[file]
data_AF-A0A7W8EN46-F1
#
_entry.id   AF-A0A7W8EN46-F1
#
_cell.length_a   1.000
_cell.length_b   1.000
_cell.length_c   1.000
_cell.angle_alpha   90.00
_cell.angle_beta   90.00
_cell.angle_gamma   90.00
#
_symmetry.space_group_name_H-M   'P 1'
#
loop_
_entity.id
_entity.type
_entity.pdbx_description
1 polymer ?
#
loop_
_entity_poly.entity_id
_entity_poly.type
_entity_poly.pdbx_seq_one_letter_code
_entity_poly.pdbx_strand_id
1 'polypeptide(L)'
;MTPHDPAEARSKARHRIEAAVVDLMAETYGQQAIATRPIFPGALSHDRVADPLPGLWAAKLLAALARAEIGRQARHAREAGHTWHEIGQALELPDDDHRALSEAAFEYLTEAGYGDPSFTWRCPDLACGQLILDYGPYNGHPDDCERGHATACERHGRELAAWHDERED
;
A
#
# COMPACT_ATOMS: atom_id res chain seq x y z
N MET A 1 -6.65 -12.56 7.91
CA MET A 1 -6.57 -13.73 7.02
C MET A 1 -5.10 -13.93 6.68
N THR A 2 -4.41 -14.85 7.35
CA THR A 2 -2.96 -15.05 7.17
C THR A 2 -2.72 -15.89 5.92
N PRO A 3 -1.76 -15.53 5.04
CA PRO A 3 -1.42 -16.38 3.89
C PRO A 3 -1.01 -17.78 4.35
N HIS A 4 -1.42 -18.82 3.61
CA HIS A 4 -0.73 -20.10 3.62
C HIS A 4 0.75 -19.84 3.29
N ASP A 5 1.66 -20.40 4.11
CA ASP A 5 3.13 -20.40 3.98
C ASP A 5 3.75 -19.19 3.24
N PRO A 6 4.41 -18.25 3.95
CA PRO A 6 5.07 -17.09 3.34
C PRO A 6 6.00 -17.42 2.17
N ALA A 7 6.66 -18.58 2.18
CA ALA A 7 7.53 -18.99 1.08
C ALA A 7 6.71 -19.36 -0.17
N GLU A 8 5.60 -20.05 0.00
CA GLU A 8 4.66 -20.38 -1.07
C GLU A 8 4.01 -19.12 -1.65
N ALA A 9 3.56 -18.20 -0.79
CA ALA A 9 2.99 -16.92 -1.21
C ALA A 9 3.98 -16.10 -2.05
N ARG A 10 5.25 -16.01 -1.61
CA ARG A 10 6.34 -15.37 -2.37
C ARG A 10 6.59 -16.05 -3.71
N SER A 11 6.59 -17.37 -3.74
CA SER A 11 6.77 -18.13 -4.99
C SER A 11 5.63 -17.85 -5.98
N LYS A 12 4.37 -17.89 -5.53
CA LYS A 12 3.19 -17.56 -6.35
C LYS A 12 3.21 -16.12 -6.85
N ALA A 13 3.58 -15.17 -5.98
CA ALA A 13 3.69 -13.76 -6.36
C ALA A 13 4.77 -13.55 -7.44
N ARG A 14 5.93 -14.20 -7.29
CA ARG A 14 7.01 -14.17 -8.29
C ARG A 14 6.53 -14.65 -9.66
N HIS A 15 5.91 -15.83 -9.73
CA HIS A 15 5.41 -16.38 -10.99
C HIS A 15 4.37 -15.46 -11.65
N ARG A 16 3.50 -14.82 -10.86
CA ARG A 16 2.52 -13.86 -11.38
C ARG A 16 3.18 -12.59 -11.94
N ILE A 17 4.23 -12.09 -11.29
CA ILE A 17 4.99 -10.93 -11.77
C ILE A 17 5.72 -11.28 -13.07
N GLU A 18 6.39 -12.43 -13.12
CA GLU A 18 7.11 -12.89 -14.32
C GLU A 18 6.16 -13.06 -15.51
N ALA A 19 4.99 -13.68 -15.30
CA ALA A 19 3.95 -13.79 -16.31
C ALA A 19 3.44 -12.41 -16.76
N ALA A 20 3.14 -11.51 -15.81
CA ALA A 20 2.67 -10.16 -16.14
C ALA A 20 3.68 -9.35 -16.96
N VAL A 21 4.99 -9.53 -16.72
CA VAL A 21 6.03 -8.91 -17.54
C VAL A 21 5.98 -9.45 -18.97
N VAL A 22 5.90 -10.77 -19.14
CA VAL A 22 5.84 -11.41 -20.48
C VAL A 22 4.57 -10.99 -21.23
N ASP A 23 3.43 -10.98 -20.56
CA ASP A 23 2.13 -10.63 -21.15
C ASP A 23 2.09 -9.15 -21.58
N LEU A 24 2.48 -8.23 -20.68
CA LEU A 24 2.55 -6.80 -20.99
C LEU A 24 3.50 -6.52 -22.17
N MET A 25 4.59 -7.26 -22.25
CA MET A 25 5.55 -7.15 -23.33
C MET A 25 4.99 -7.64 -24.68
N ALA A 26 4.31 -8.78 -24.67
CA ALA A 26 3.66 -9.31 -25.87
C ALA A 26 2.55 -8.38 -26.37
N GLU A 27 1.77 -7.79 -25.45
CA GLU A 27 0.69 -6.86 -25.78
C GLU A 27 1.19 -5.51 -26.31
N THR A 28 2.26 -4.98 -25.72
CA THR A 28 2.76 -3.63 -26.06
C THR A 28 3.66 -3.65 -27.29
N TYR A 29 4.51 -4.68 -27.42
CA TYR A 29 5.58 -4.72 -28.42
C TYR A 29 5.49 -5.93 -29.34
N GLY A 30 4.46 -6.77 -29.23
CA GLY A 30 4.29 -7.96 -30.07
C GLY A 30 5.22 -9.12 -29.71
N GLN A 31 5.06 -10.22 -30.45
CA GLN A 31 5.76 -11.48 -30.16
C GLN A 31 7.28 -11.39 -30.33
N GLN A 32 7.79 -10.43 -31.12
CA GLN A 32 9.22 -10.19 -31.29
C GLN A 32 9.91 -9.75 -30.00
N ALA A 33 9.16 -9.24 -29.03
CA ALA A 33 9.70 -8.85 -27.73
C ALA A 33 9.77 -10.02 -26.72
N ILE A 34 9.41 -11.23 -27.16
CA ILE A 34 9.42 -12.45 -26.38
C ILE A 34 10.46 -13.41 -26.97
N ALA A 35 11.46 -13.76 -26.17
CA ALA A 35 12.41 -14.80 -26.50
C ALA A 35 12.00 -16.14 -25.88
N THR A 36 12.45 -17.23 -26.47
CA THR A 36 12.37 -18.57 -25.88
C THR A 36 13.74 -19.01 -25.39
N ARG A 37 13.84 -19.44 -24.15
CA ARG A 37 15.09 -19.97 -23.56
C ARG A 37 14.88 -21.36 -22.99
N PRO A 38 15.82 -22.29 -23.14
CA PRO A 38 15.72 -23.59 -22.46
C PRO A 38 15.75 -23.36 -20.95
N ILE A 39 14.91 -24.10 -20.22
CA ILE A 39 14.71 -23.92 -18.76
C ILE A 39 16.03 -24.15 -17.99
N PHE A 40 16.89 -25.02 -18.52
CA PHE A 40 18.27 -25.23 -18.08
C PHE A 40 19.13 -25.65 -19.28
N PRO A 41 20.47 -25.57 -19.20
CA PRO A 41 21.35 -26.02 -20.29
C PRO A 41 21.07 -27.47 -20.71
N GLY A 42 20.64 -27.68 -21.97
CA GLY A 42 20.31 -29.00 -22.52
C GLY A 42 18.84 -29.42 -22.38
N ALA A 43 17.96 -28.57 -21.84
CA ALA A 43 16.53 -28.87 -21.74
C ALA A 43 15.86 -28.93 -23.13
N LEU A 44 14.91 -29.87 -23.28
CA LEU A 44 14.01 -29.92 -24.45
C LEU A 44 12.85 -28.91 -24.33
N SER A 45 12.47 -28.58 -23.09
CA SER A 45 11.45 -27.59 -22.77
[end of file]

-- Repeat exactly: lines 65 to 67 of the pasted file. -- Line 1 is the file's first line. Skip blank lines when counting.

CA LYS A 12 3.19 -17.56 -6.35
C LYS A 12 3.21 -16.12 -6.85
N ALA A 13 3.58 -15.17 -5.98